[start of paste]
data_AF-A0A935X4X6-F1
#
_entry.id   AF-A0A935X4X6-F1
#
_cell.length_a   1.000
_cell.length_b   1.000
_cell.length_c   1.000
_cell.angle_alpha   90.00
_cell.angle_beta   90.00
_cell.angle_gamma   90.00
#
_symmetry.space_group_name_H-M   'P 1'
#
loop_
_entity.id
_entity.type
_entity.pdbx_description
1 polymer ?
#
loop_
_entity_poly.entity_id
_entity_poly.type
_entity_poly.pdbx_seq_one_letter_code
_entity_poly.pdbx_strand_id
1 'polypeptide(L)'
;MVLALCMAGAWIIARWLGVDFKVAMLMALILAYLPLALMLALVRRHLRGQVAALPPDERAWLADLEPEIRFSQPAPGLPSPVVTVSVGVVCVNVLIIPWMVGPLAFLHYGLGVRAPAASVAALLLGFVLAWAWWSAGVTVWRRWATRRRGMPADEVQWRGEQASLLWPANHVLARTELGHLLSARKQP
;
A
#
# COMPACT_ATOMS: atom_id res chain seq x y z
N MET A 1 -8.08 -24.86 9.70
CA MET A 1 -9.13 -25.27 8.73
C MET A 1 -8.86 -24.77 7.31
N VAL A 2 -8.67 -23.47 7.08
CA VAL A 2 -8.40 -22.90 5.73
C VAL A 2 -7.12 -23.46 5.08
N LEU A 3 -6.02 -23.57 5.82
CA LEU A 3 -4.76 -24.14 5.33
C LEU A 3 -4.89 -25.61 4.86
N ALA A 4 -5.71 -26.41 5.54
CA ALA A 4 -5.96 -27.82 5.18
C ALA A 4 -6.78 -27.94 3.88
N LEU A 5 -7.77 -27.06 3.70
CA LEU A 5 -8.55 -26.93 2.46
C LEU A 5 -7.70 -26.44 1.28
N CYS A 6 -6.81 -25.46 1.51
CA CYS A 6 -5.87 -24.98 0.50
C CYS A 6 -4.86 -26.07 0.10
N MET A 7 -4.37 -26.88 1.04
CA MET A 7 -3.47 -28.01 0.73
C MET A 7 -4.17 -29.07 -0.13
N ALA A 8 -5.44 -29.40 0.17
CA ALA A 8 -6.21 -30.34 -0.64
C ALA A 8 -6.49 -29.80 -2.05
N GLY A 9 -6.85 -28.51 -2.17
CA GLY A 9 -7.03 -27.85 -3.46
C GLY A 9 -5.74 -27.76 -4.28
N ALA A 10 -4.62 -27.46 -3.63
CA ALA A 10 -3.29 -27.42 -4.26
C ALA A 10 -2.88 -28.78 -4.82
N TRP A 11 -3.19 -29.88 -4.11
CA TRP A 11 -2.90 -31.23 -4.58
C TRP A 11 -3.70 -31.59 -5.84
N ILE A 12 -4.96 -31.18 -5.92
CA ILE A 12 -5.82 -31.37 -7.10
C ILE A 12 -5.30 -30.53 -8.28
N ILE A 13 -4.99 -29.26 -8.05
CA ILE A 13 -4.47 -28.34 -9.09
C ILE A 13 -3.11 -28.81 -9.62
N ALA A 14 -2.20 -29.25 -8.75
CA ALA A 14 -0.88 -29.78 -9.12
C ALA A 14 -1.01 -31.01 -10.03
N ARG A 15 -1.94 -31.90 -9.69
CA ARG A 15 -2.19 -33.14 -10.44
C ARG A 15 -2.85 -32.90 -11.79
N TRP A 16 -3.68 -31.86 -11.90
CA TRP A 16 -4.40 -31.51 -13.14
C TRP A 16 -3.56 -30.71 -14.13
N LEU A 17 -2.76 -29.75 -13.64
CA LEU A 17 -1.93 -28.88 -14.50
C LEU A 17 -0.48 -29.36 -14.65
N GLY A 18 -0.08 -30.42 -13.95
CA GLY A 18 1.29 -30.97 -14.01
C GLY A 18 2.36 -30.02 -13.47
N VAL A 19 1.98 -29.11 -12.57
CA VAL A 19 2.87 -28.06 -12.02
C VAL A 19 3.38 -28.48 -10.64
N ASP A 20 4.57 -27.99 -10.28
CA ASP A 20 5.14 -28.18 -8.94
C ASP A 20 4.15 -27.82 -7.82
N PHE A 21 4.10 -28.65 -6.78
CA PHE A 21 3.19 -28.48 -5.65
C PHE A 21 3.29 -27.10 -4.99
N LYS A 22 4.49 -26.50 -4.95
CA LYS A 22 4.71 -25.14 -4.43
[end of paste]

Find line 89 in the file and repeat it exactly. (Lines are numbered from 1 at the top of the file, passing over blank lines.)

CA ASP A 20 5.14 -28.18 -8.94